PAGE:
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  • Your Child's Bad and Aggressive Behavior May Be a Result of How You Treat Him

    How you relate to your child will eventually show in his behavior
    by Lei Dimarucut-Sison .
Your Child's Bad and Aggressive Behavior May Be a Result of How You Treat Him
PHOTO BY iStock
  • The basic — and often more critical — lessons in life are learned from inside the four walls of a home rather than in a formal educational setting. Among others, these lessons include good moral values like respect, empathy, and kindness. It's why when a child misbehaves, it is often ascribed to one's parentage more than any other factor that may have influenced the conduct ("Hindi ka ba tinuruan ng magulang mo?"). It's hard not think that a child is a reflection of his parents.

    Science backs this connection with a recent study made jointly by the University of Michigan, University of Pennsylvania and Michigan State University. To establish if parents' harsh behavior towards their children and lack of affection or warmth contributed to their children's behavior as they grow up, researchers worked with 227 pairs of identical twins aged 6 to 11 years old and their parents.

    Through a survey, the researchers established the quality of the home environment where these kids are growing up. Parents were made to complete a 50-item questionnaire, which included questions like, "I often lose my temper with my child," and "My child knows I love him/her." Consequently, the children's behavior was assessed by asking the mother to report on 35 traits that are associated with aggression and "callous-unemotional" traits (CU), which include lack of empathy and moral compass. 

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    The study, which was published in the Journal of the American Academy of Child & Adolescent Psychiatry in December 2018, found that the twin who was treated more harshly and who was given less emotional warmth by his parents exhibited CU traits and may be more likely to show aggressive behavior. 

    “The study convincingly shows that parenting — and not just genes — contributes to the development of risky callous-unemotional traits,” says Luke Hyde, an associate professor of psychology at the University of Michigan. “Because identical twins have the same DNA, we can be more sure that the differences in parenting the twins received affect the development of these traits.”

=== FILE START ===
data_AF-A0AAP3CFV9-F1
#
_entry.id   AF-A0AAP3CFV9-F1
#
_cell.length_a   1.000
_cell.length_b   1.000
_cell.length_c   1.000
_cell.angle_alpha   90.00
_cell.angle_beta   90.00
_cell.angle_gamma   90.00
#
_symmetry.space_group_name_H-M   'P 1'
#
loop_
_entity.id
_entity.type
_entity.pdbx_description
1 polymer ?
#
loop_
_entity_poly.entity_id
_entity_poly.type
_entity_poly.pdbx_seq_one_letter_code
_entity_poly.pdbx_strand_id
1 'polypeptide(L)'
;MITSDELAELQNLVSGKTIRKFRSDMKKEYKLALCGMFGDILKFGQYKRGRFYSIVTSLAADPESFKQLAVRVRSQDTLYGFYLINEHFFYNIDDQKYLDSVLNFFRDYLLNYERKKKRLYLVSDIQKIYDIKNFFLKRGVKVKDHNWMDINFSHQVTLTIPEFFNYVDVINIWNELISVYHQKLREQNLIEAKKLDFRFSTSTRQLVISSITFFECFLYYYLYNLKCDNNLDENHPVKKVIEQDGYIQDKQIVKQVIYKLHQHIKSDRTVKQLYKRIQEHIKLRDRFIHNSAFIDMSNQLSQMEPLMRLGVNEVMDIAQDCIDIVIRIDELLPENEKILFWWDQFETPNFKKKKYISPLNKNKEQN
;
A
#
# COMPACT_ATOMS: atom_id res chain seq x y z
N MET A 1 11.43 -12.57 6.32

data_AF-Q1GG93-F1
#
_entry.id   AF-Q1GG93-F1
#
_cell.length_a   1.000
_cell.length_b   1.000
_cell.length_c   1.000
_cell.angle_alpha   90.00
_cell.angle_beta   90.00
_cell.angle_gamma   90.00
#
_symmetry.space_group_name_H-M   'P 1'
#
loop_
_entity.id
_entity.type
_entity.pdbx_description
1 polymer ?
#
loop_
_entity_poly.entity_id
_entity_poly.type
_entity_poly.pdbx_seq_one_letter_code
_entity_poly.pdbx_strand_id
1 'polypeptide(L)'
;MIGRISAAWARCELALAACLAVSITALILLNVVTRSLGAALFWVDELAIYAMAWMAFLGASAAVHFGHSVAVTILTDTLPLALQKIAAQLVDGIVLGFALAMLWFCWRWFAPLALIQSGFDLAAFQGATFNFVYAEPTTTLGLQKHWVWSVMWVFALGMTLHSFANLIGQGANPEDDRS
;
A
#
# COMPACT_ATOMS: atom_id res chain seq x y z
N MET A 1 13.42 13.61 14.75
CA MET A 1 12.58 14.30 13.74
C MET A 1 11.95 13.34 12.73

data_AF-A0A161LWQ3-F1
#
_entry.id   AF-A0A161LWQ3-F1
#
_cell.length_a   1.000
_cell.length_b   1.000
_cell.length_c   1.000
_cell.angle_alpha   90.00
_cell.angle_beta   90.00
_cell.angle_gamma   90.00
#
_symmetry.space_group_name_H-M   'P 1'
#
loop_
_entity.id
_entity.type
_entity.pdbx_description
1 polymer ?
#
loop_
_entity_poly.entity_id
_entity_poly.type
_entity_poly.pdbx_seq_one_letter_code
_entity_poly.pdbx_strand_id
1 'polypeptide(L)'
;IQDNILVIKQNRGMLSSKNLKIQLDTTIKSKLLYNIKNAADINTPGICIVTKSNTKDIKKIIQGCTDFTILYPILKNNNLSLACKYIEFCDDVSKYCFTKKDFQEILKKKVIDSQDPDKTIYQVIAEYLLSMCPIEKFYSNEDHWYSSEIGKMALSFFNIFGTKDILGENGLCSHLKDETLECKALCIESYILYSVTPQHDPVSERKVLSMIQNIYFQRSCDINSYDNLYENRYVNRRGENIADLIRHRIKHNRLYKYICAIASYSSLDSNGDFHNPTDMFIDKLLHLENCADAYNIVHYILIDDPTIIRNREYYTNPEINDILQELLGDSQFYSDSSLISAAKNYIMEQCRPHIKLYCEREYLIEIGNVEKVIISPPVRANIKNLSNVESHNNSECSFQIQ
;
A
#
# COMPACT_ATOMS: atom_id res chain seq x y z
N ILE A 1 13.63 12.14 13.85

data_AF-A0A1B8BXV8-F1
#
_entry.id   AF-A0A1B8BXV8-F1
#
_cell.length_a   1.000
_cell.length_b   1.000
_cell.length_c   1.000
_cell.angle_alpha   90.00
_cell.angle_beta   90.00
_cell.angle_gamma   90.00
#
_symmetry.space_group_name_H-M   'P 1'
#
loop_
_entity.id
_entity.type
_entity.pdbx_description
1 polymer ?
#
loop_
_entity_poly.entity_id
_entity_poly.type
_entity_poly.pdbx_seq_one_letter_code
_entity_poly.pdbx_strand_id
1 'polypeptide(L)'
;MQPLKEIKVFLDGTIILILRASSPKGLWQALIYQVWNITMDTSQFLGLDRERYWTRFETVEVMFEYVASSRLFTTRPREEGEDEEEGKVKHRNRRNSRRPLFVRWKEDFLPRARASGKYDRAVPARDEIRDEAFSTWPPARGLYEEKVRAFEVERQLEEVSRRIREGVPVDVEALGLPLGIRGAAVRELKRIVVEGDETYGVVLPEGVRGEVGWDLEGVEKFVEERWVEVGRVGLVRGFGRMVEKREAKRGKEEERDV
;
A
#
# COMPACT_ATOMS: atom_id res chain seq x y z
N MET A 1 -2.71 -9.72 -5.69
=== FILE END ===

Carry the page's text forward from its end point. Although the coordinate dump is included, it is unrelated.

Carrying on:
Rebecca Waller, an assistant professor of psychology at the University of Pennsylvania and a lead author of the study, has been heavily involved in research related to parenting. An initial experiment confirmed that parental warmth does play a significant role in a child's behavior, particularly when it comes to lack of empathy and moral compass.

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    “Some of the early work on callous-unemotional traits focused on their biological bases, like genetics and the brain, making the argument that these traits develop regardless of what is happening in a child’s environment, that parenting doesn’t matter. We felt there must be something we could change in the environment that might prevent a susceptible child from going down the pathway to more severe antisocial behavior.”

    While there are limitations to the study, the authors are optimistic that it might provide a more significant understanding of kids' aggressive behavior, and what parents can do to promote empathy at home. 

    In an article on SmartParenting.com.ph, international parenting expert Dr. Michele Borba defines empathy as “the first essential virtue of moral intelligence, the ability to identify with and feel for another person’s concerns. It’s the powerful emotion that halts violent and cruel behavior and urges us to treat others kindly." She says we can teach children to feel for others with some simple steps.

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    Use the “feels + needs” formula 

    In this exercise, the parent points out a person's feelings to her child, then asks the child to think what that person might need to address that feeling. 

    For example:

    Parent: Look at that little boy crying and wet in the evacuation center. How do you think he feels?

    Child: I think he is cold.

    Parent: What do you think he needs to make him feel better?

    Child: Maybe he would need a blanket or some dry clothes.

    Explain why uncaring behavior is unacceptable

    Set expectations and call the kids out when they do otherwise. It can be as simple as saying, “Treating your sister that way is unacceptable. We expect you to treat her and other people the way you would want to be treated.”

    Set consequences for uncaring behavior

    Make sure, though, that the intended outcome will be meaningful, age-appropriate, and they “fit the crime.”

    Regarding their research, Dr. Hyde underscores the vital role parents play in preventing children from developing troublesome behavior. “This provides strong evidence that parenting is also important in the development of callous-unemotional traits. The good news is we know that treatments can help parents who may need extra support with children struggling with these dangerous behaviors.”

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